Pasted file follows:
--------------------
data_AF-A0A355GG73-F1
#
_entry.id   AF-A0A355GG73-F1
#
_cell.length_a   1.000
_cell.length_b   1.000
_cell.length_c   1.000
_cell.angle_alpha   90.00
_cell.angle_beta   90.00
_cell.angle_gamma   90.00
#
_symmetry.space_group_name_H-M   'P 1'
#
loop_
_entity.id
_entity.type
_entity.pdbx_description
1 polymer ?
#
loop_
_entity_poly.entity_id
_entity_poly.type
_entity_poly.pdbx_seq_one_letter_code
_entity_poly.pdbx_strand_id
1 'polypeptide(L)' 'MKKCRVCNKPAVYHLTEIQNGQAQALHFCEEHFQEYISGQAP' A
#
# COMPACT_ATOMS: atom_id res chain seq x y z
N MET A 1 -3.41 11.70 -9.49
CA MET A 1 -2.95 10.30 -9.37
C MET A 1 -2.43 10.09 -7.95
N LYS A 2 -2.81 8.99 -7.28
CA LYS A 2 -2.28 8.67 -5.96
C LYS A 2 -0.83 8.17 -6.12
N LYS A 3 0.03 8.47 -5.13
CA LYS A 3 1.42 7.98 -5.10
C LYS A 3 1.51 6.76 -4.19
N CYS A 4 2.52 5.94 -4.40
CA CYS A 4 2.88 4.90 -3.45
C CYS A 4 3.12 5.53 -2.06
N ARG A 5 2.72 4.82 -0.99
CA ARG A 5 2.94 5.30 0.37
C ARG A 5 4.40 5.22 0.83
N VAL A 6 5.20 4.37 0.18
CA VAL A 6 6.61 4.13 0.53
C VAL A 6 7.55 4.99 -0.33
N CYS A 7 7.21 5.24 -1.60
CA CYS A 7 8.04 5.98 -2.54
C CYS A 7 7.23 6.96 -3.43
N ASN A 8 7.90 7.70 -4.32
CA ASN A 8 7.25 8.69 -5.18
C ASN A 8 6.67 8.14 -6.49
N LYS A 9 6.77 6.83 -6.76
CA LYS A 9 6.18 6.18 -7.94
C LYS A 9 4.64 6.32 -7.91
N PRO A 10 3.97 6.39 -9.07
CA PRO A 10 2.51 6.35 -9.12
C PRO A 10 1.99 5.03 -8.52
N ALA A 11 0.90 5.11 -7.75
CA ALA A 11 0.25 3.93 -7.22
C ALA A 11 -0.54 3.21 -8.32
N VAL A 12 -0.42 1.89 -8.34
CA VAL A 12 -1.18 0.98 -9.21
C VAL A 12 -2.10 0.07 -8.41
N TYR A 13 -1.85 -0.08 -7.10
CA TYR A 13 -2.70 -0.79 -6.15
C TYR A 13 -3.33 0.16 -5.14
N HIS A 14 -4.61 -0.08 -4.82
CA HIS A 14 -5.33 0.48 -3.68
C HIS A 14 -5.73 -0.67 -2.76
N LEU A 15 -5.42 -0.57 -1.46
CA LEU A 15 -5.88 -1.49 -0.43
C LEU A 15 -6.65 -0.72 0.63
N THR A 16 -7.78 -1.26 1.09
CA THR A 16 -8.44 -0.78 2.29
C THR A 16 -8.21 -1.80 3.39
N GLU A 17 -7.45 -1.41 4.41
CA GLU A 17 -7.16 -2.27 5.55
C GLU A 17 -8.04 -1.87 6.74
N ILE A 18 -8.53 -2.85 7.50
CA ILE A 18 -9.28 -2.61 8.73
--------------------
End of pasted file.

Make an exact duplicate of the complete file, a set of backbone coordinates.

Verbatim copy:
data_AF-A0A355GG73-F1
#
_entry.id   AF-A0A355GG73-F1
#
_cell.length_a   1.000
_cell.length_b   1.000
_cell.length_c   1.000
_cell.angle_alpha   90.00
_cell.angle_beta   90.00
_cell.angle_gamma   90.00
#
_symmetry.space_group_name_H-M   'P 1'
#
loop_
_entity.id
_entity.type
_entity.pdbx_description
1 polymer ?
#
loop_
_entity_poly.entity_id
_entity_poly.type
_entity_poly.pdbx_seq_one_letter_code
_entity_poly.pdbx_strand_id
1 'polypeptide(L)' 'MKKCRVCNKPAVYHLTEIQNGQAQALHFCEEHFQEYISGQAP' A
#
# COMPACT_ATOMS: atom_id res chain seq x y z
N MET A 1 -3.41 11.70 -9.49
CA MET A 1 -2.95 10.30 -9.37
C MET A 1 -2.43 10.09 -7.95
N LYS A 2 -2.81 8.99 -7.28
CA LYS A 2 -2.28 8.67 -5.96
C LYS A 2 -0.83 8.17 -6.12
N LYS A 3 0.03 8.47 -5.13
CA LYS A 3 1.42 7.98 -5.10
C LYS A 3 1.51 6.76 -4.19
N CYS A 4 2.52 5.94 -4.40
CA CYS A 4 2.88 4.90 -3.45
C CYS A 4 3.12 5.53 -2.06
N ARG A 5 2.72 4.82 -0.99
CA ARG A 5 2.94 5.30 0.37
C ARG A 5 4.40 5.22 0.83
N VAL A 6 5.20 4.37 0.18
CA VAL A 6 6.61 4.13 0.53
C VAL A 6 7.55 4.99 -0.33
N CYS A 7 7.21 5.24 -1.60
CA CYS A 7 8.04 5.98 -2.54
C CYS A 7 7.23 6.96 -3.43
N ASN A 8 7.90 7.70 -4.32
CA ASN A 8 7.25 8.69 -5.18
C ASN A 8 6.67 8.14 -6.49
N LYS A 9 6.77 6.83 -6.76
CA LYS A 9 6.18 6.18 -7.94
C LYS A 9 4.64 6.32 -7.91
N PRO A 10 3.97 6.39 -9.07
CA PRO A 10 2.51 6.35 -9.12
C PRO A 10 1.99 5.03 -8.52
N ALA A 11 0.90 5.11 -7.75
CA ALA A 11 0.25 3.93 -7.22
C ALA A 11 -0.54 3.21 -8.32
N VAL A 12 -0.42 1.89 -8.34
CA VAL A 12 -1.18 0.98 -9.21
C VAL A 12 -2.10 0.07 -8.41
N TYR A 13 -1.85 -0.08 -7.10
CA TYR A 13 -2.70 -0.79 -6.15
C TYR A 13 -3.33 0.16 -5.14
N HIS A 14 -4.61 -0.08 -4.82
CA HIS A 14 -5.33 0.48 -3.68
C HIS A 14 -5.73 -0.67 -2.76
N LEU A 15 -5.42 -0.57 -1.46
CA LEU A 15 -5.88 -1.49 -0.43
C LEU A 15 -6.65 -0.72 0.63
N THR A 16 -7.78 -1.26 1.09
CA THR A 16 -8.44 -0.78 2.29
C THR A 16 -8.21 -1.80 3.39
N GLU A 17 -7.45 -1.41 4.41
CA GLU A 17 -7.16 -2.27 5.55
C GLU A 17 -8.04 -1.87 6.74
N ILE A 18 -8.53 -2.85 7.50
CA ILE A 18 -9.28 -2.61 8.73